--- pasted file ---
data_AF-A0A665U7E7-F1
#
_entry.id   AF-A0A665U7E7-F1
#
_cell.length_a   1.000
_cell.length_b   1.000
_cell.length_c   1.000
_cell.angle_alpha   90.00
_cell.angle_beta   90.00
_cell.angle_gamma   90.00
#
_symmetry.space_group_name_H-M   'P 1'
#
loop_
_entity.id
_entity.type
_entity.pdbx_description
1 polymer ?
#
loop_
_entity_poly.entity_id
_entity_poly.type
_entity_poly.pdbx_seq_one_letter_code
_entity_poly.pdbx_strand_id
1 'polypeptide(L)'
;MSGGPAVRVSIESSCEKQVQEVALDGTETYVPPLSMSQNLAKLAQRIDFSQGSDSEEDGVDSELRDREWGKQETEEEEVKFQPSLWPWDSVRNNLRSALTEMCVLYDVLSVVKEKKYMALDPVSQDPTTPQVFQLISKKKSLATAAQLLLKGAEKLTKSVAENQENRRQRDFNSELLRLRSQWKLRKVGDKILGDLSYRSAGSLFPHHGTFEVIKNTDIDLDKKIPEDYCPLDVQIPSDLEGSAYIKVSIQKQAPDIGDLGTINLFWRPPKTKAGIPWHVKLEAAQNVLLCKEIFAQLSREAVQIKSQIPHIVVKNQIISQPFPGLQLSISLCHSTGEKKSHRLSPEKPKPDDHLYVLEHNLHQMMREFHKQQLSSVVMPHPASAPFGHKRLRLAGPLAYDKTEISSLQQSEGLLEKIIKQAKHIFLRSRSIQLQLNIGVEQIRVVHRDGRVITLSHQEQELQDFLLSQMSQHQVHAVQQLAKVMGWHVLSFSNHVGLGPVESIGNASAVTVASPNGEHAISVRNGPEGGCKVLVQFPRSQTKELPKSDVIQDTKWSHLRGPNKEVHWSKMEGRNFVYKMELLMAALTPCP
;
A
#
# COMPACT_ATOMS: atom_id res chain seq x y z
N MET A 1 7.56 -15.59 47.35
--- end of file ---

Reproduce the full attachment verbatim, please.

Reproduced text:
data_AF-A0A665U7E7-F1
#
_entry.id   AF-A0A665U7E7-F1
#
_cell.length_a   1.000
_cell.length_b   1.000
_cell.length_c   1.000
_cell.angle_alpha   90.00
_cell.angle_beta   90.00
_cell.angle_gamma   90.00
#
_symmetry.space_group_name_H-M   'P 1'
#
loop_
_entity.id
_entity.type
_entity.pdbx_description
1 polymer ?
#
loop_
_entity_poly.entity_id
_entity_poly.type
_entity_poly.pdbx_seq_one_letter_code
_entity_poly.pdbx_strand_id
1 'polypeptide(L)'
;MSGGPAVRVSIESSCEKQVQEVALDGTETYVPPLSMSQNLAKLAQRIDFSQGSDSEEDGVDSELRDREWGKQETEEEEVKFQPSLWPWDSVRNNLRSALTEMCVLYDVLSVVKEKKYMALDPVSQDPTTPQVFQLISKKKSLATAAQLLLKGAEKLTKSVAENQENRRQRDFNSELLRLRSQWKLRKVGDKILGDLSYRSAGSLFPHHGTFEVIKNTDIDLDKKIPEDYCPLDVQIPSDLEGSAYIKVSIQKQAPDIGDLGTINLFWRPPKTKAGIPWHVKLEAAQNVLLCKEIFAQLSREAVQIKSQIPHIVVKNQIISQPFPGLQLSISLCHSTGEKKSHRLSPEKPKPDDHLYVLEHNLHQMMREFHKQQLSSVVMPHPASAPFGHKRLRLAGPLAYDKTEISSLQQSEGLLEKIIKQAKHIFLRSRSIQLQLNIGVEQIRVVHRDGRVITLSHQEQELQDFLLSQMSQHQVHAVQQLAKVMGWHVLSFSNHVGLGPVESIGNASAVTVASPNGEHAISVRNGPEGGCKVLVQFPRSQTKELPKSDVIQDTKWSHLRGPNKEVHWSKMEGRNFVYKMELLMAALTPCP
;
A
#
# COMPACT_ATOMS: atom_id res chain seq x y z
N MET A 1 7.56 -15.59 47.35